that in all likelihood I am the "person who told it to him," as
referenced in the original question.  Except that when I first posed
it, I thought that I specified "for all Real x."

  . . . smooth . . . analytic . . . continuous . . . 

Put all your maths away.  You're killing me!  Let's think very simply
about this, and, at the same time, let's generalize:

Let f(#n)(x) denote n iterations of the function f(x).  [e.g. f(#5)(x)
= (f(f(f(f(f(x)))))].  Consider problems of the shape f(#n)(x) = g(x)
in which the domain of f(#n)(x) and the range of g(x) are both Real,
where f(x) is to be determined.

Please consider:

        /
        |  x+(n-1)i for REAL x
f(x) = <   g(x-i)   for REAL (x-i)
        |  x-i      for everything else
        \

Does this not satisfy?
Subject: Re: Math question
From: mathtalk-ga on 12 Sep 2005 09:23 PDT
 
dyscogitator-ga asked: "Does this not satisfy?"

The challenge of this problem lies in finding a way to satisfy the
criterion on the entire domain of f.

The domain of the nth iterate f(#n) of f, to use dyscognitator-ga's
notation, is in fact the same as the domain of f.  It would therefore
not be accurate to claim that "the domain of f(#n)(x) and the range of
g(x) are both Real."  There is no difficulty in finding any number of
solutions where:

  f(f(x)) = x^2 + 2

is satisfied on only a part of the domain of f.

There are piecwise polynomial real-valued functions f which are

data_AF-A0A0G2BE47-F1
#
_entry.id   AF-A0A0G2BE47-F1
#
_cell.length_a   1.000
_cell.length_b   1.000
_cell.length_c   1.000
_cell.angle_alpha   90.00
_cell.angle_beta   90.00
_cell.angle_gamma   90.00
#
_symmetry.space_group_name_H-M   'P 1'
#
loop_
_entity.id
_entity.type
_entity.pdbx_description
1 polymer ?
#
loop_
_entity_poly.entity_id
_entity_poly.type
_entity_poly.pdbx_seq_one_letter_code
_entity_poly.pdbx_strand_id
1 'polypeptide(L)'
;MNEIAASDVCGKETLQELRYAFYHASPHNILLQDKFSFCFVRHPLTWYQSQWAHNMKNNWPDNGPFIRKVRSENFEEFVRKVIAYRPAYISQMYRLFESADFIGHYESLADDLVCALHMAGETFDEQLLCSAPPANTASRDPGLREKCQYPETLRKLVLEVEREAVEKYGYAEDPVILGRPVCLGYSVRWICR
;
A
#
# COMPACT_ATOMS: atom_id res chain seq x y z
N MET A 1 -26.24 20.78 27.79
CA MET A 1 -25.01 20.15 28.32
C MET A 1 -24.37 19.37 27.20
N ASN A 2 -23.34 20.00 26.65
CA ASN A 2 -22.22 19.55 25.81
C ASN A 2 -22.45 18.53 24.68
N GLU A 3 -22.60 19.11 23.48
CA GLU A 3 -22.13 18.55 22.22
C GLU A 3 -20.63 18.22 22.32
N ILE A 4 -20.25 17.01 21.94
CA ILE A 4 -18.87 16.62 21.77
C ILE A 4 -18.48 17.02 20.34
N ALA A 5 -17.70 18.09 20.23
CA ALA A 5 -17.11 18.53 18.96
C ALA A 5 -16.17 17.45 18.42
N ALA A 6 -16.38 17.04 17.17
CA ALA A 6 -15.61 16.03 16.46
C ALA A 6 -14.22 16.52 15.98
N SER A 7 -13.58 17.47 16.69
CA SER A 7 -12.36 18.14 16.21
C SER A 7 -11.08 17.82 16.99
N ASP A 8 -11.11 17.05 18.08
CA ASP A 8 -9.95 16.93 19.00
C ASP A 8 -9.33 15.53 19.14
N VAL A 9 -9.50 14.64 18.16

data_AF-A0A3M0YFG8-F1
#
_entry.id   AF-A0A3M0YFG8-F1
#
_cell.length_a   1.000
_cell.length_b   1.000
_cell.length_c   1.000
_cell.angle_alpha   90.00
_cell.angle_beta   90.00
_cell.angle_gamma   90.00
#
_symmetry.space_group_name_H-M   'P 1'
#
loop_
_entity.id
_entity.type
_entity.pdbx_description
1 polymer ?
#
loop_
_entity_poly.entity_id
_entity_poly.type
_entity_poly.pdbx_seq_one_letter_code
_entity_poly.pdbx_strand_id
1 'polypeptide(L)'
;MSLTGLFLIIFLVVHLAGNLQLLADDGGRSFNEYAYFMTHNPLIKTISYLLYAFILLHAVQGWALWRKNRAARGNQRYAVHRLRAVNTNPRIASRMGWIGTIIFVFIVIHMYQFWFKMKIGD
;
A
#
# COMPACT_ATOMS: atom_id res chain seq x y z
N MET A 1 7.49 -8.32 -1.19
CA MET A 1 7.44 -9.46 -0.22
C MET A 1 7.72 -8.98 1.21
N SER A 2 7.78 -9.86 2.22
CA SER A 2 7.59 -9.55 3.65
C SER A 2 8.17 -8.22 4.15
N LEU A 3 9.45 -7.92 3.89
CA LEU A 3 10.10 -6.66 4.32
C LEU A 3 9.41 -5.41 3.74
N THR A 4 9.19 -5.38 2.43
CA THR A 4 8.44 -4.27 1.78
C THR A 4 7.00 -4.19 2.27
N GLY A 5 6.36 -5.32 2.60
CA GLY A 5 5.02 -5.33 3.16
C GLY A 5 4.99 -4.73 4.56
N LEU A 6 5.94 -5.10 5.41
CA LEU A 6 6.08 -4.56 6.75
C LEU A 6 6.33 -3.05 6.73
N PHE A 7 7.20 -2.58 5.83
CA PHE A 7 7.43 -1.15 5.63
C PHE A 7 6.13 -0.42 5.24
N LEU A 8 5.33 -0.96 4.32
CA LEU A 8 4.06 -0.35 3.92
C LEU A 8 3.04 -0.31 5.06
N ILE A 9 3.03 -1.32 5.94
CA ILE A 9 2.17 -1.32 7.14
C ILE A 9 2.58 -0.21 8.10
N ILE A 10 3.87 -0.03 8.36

continuous and satisfies the equation for all real numbers. 
Continuity can certainly be improved to differentiability, and
possibly to real analyticity.

Notice that the approach of defining a complex-valued function on R by
adding an imaginary constant to shift the argument away from the
reals, to a line parallel in the complex plane, then defining the
"solution" by assigning values there, was offered by juanitin-ga on
July 14, 2005 (see above).

Such a solution bears no essential relationship to the prescribed
real-valued function x^2 + 2.  This technique can supply any desired
function as a "self-composition" on the reals as a subdomain of the
complex numbers, a fact dyscognitator-ga sees as "generalization" but
which the concensus of the Commenters and the Customer made out to be
"unsatisfying".  Note that antthrush-ga (July 14, 2005) wrote
"juanitin's answer is cute, but somewhat unsatisfying. especially
since it doesn't work if x is not real."

regards, mathtalk-ga